Marco Rubio: School choice is a key to revitalizing middle class

U.S. Sen. Marco Rubio, R-Fla., devoted a substantial portion of a major speech this week to education reform, saying public schools are a “disaster” for millions of disadvantaged American kids and pointing to parental school choice as a critical piece in uplifting the middle class.

More charter schools and more career and technical academies are among the changes necessary to ensure that people have the skills needed for the middle-class jobs of the future, Rubio, a Republican from Miami, said at the Jack Kemp Foundation’s Leadership Award Dinner (C-SPAN video here). He also proposed creation of a corporate federal tax credit to provide scholarships to low-income students who want to attend private schools.

“The bottom line is we are trying to prepare 21st century students using a 20th century education model,” Rubio said, according to a transcript of his remarks. “Now is the time to be creative, innovative and daring in reforming the way we provide our people the skills they need to make it to the middle class.”

Rubio is a longtime school choice supporter. But his latest remarks on the subject are noteworthy given the timing and context. In the aftermath of Mitt Romney’s loss, Republicans are re-branding their image to better appeal to middle-class voters – and Rubio squarely framed school choice as a vehicle for equal opportunity and upward mobility. Rubio’s points also dovetail with arguments long made by choice groups such as the Florida-based Hispanic Council for Reform and Educational Options. Minority voters are increasingly warming to vouchers, tax credit scholarships and other forms of expanded school choice, and polls suggest they may likewise warm to politicians who embrace such options.

In another section of his speech, Rubio mitigated his harsh assessment of failing schools, acknowledging the tough job schools face and offering sympathy for those in the trenches: “But perhaps the most effective thing we in government can do about societal breakdown is acknowledge the impact it is having. Ask any of the amazing teachers we are blessed to have here in America. I have four of them in my own family. They are on the frontlines of this problem. They will be the first to tell you that every single day, kids bring their home experience in to the classrooms. Every day, they see firsthand how kids living in dysfunctional homes are going to really struggle to make it. As a people, we cannot build a vibrant and broad-based middle class if we do not solve this problem.”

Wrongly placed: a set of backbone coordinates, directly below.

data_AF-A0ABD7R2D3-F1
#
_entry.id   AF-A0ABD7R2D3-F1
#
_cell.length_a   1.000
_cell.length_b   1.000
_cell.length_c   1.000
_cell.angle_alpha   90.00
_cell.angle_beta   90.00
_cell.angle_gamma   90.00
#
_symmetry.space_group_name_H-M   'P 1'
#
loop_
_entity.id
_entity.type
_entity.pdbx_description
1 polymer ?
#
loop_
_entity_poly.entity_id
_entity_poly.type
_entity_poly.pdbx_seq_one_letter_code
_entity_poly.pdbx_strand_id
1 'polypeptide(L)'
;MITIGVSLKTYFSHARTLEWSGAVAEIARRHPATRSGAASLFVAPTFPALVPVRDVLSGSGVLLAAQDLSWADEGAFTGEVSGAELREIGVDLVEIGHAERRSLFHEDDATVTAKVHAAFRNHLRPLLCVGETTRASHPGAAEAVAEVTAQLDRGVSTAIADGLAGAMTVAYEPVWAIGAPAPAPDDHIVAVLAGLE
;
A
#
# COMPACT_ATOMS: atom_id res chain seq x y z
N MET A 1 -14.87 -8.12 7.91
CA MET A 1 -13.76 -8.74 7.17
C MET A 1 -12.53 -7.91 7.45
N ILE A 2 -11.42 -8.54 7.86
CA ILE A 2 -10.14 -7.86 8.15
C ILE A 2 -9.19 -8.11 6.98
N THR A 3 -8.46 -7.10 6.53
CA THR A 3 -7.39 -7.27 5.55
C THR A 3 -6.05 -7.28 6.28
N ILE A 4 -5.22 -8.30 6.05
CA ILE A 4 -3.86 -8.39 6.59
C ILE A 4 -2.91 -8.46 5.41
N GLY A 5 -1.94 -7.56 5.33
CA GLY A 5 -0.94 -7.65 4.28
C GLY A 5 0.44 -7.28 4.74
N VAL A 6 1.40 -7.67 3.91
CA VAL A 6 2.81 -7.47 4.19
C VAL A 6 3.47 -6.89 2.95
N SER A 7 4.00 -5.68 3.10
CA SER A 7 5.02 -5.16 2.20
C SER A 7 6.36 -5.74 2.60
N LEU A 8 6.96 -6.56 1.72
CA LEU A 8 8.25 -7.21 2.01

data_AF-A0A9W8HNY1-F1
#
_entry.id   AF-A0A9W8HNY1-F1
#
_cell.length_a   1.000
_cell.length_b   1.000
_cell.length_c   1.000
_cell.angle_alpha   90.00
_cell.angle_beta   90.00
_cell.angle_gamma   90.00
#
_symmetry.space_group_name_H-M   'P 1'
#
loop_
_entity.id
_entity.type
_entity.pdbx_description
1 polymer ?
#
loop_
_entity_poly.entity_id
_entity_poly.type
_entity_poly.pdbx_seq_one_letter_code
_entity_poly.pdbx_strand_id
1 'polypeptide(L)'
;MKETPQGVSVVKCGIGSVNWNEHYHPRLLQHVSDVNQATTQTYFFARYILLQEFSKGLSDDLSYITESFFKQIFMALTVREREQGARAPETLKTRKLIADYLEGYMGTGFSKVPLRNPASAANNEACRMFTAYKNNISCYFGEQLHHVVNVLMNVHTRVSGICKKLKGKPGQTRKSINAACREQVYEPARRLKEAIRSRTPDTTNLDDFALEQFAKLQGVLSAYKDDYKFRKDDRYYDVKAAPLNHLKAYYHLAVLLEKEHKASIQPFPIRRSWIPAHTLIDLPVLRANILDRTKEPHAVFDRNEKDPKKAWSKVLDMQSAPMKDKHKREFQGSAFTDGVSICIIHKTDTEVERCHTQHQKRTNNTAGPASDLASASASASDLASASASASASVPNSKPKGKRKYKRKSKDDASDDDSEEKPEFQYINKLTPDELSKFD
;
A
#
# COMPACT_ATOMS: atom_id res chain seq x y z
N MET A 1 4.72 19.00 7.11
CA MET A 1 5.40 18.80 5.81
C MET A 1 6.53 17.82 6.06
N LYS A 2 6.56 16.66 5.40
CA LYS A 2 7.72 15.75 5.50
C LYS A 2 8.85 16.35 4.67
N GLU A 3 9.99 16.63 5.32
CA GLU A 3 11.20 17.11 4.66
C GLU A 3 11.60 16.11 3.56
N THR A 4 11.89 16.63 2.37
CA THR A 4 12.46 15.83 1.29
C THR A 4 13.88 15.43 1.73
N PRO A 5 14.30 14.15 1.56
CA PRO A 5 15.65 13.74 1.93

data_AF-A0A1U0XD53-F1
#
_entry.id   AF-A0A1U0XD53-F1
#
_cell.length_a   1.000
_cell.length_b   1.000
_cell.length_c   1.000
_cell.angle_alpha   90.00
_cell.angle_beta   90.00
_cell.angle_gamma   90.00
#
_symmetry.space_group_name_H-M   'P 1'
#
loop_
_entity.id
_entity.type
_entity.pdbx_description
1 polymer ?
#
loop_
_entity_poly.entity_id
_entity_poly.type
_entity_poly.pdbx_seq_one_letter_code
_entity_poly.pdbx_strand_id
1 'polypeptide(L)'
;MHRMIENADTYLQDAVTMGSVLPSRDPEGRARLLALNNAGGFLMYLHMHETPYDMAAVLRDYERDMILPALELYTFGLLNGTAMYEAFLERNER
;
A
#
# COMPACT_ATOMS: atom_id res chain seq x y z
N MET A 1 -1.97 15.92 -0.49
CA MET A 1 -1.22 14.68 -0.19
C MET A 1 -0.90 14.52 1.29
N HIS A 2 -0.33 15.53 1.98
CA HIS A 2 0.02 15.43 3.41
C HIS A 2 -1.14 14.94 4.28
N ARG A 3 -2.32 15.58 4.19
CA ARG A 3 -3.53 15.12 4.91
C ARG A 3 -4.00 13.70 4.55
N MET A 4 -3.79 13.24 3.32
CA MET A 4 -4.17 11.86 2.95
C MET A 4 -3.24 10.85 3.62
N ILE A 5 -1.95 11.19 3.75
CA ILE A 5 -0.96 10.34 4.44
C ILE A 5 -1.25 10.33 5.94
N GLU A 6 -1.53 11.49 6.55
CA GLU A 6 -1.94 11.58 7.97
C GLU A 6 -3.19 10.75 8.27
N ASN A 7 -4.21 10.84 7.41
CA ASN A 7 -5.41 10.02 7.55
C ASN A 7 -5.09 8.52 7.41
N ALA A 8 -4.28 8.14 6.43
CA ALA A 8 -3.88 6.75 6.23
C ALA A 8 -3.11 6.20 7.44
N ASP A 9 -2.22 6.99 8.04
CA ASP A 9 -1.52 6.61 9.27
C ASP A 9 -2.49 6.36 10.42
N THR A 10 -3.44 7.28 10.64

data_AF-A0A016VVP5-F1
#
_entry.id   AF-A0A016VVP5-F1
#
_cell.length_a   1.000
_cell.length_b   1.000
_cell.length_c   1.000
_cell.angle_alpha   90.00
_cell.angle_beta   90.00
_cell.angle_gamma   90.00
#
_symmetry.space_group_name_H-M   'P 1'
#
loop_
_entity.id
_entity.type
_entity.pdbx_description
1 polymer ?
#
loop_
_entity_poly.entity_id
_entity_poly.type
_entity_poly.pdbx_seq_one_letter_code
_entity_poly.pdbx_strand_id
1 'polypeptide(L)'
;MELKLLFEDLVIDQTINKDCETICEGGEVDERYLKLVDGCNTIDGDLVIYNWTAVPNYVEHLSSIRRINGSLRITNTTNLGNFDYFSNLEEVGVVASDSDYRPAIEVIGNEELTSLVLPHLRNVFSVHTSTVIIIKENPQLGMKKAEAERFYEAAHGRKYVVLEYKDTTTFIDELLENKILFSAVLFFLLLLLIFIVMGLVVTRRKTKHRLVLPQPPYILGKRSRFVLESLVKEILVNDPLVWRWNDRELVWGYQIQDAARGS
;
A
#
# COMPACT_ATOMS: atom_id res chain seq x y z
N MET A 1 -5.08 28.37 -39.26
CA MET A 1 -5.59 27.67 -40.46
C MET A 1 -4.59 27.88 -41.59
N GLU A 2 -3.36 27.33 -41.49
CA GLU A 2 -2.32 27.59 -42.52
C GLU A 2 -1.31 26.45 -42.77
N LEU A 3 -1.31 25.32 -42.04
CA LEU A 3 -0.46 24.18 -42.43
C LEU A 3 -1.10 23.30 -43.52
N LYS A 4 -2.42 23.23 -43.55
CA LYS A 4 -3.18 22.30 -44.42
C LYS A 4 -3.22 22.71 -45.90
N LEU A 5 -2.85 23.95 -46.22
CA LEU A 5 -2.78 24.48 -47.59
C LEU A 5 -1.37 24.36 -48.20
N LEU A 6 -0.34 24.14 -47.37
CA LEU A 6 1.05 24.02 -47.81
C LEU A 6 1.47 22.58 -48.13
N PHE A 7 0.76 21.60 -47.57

Here is the main section of the speech that touched on education:

But no matter how many middle class jobs are created, you can’t grow the middle class if people do not have the skills to get hired for these jobs.

Not so long ago, even if you didn’t graduate from high school, if you were willing to work, you could find a job that paid enough for you to buy a home, start a family and eventually send your kids to college and a better life. Those days are long gone, and they are probably never coming back.

Today, education plays a central role in the 21st century knowledge economy. Four-year college graduates earn an average of 70 percent more than those without such a degree. But that doesn’t mean that everyone has to get a four year degree from a university in order to get ahead. I am proud that my hometown, Miami, is the home of Miami-Dade College, one our nations pioneers in education-for-work programs. Years ago, they set up numerous work training programs by working with employers to design the curriculum, and provide mentoring and internship opportunities. Even if you don’t go the traditional college route, you can secure a good living by earning an education that is customized to your interests and strengths.

So what are the things government should be doing in education?

First, our elementary and secondary schools need state level curriculum reform and new investment in continuing teacher training. We have an opportunity through the 2013 reauthorization of the Higher Education Act to make some major improvements.